Resolve boot issues showing 'prohibitory' sign

Mac OS X has several bootup symbols, including a universal "prohibitory" sign that indicates critical files are missing from the boot volume.

There are a couple of bootup warning signs that may occur with the Mac OS, the most common of which is the folder with the blinking question mark, which means a valid start-up disk has not yet been found. Another error that may occur is the universal "prohibitory" sign.

This symbol at boot means Mac OS X cannot access critical files on the start-up disk.

This symbol at boot means the system has found a bootable installation of Mac OS X on the system, but there is something wrong with it. Either settings between the software and computer hardware are not in agreement, or there is a missing critical component to the OS X installation.

The people who are most prone to this error are those who use multiple bootable installations of OS X. When booted in one, you have full access to the file system of the OS X installation, which may lead to inadvertent modification of important files (many of which are usually hidden from view). Most of the time people running Boot Camp are not at risk because by default Windows cannot access the HFS+ partition with OS X on it; however, you can install a utility such as "MacDrive" on Windows to give the system full write capability to HFS formatted disks.

Depending on the specific problem, you may be able to help the issue; however, if the system files have been modified, you will probably have to reinstall your system.

Potential fixes:

  1. Reset the PRAM

    Hold the Options-Command-P-R keys immediately after pressing the power button and the system will continually reset and make the boot chimes while they are held down. Let it cycle a few times and then release the keys and hope the system boots.

  2. Repair the disk

    Since you cannot boot into OS X, try booting to the OS X installation DVD (or a third-party utility disk (DiskWarrior, TechTool Pro, or Drive Genius) and run both file-system checks (repair disk) and permissions fixes on the boot drive.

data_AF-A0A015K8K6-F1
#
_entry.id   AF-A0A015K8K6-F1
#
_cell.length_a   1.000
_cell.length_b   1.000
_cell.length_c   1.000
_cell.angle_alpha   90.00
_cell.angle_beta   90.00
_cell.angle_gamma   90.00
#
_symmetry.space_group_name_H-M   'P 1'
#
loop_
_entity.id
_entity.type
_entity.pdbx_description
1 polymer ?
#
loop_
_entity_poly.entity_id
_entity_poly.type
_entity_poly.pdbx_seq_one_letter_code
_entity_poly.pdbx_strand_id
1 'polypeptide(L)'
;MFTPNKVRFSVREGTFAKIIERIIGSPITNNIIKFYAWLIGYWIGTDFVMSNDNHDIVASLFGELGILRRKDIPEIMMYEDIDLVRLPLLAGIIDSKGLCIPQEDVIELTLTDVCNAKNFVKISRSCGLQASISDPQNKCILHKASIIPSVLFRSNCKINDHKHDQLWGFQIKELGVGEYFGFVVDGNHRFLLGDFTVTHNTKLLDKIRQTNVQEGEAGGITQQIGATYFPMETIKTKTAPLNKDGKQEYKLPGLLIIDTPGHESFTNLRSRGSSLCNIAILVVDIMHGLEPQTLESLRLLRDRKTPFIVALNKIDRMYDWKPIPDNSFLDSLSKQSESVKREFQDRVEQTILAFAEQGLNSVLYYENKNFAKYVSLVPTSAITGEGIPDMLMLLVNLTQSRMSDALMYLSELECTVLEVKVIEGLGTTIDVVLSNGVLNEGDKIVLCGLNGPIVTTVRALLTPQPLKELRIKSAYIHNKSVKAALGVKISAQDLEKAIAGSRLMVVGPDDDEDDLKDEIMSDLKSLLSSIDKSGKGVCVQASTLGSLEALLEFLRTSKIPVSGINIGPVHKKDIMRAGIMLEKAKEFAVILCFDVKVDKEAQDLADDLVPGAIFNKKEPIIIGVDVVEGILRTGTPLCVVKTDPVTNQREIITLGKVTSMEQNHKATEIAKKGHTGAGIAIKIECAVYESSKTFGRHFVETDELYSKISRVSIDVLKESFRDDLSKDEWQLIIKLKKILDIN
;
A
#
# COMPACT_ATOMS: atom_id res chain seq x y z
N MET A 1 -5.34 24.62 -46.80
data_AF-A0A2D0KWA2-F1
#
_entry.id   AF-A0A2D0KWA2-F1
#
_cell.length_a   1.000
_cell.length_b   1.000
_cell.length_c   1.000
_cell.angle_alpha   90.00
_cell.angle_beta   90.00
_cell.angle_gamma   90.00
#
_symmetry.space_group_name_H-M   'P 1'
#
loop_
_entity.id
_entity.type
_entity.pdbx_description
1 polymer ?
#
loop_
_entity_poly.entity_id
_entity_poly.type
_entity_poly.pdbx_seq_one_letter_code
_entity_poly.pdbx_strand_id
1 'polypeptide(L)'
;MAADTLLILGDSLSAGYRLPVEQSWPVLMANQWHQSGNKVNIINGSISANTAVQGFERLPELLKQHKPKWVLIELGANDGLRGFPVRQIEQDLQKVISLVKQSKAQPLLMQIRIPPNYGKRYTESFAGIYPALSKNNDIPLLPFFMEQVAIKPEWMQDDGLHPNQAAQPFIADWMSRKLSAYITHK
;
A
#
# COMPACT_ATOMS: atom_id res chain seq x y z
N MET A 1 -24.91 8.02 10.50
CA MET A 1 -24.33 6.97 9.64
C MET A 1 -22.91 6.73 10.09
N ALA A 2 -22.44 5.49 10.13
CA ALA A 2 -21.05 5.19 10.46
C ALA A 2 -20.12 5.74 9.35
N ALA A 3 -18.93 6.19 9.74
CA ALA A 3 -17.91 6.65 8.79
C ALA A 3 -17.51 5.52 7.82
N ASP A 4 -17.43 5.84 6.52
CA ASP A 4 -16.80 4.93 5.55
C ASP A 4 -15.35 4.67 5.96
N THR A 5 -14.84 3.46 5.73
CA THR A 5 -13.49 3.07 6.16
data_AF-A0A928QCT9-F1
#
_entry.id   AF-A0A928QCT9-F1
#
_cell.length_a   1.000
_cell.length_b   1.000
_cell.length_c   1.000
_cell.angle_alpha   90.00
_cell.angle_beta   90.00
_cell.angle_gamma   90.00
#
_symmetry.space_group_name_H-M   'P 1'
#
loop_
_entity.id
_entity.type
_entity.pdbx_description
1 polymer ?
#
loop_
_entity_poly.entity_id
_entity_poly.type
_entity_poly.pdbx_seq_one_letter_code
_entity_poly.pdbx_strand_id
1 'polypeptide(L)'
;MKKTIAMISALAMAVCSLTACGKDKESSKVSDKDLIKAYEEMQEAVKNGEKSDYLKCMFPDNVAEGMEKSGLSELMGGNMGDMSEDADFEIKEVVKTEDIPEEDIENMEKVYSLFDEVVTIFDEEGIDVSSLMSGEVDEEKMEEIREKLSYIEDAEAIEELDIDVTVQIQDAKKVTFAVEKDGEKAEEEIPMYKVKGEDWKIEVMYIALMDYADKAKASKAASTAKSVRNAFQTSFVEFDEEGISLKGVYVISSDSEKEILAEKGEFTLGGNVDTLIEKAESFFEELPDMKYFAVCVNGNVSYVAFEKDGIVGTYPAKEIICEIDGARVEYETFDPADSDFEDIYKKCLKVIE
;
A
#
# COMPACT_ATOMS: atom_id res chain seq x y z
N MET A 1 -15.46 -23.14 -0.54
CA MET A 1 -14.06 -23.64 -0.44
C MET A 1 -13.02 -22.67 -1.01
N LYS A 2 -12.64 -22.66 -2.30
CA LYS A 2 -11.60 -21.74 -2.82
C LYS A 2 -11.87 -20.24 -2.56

3. Replace the mach_kernel file

    If you have access to another Mac, and both it and your current one have FireWire capability, connect them and reboot your current system with the "T" key held down. This will put it in Target Disk mode and it should appear on the second Mac's desktop. Go to the second computer and insert the OS X installation DVD (it must be the same version of OS X as what is running on the target computer) and launch the Terminal. Then run the following command to copy the mach_kernel file from the DVD to the attached FireWire hard drive:

    (Note, if your second Mac's hard drive is named the same as the mounted FireWire hard drive, rename the FireWire hard drive to something else, such as "Macintosh HD2")

    sudo cp /Volumes/"DVD_MEDIA_NAME"/mach_kernel /Volumes/"FIREWIRE_HD"

    Copy and paste that command, and then change the name of "DVD_MEDIA_NAME" to the name of the OS X installation DVD, and change the name of "FIREWIRE_HD" to the name of the mounted FireWire drive.

    After this command has been completed, eject the FireWire disk from the system and press the power key on the affected computer to turn it off. When you power it back on, hopefully it will boot normally again.

  4. Reinstall

    If you have a Time Machine backup, restore a working version of your system with that. However, if you reinstall OS X, be sure to perform an "Archive and Install" (OS X Snow Leopard automatically does this unless the drive is erased) to preserve user settings and installed applications. While this should keep your data safe, as an extra precaution you might consider using Target Disk mode on your system so it can appear on another Mac, and then manually back up your files, which should mostly be in the /"FIREWIRE_DISK"/Users/"username"/ folder.



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About the author

    Topher, an avid Mac user for the past 15 years, has been a contributing author to MacFixIt since the spring of 2008. One of his passions is troubleshooting Mac problems and making the best use of Macs and Apple hardware at home and in the workplace.

     

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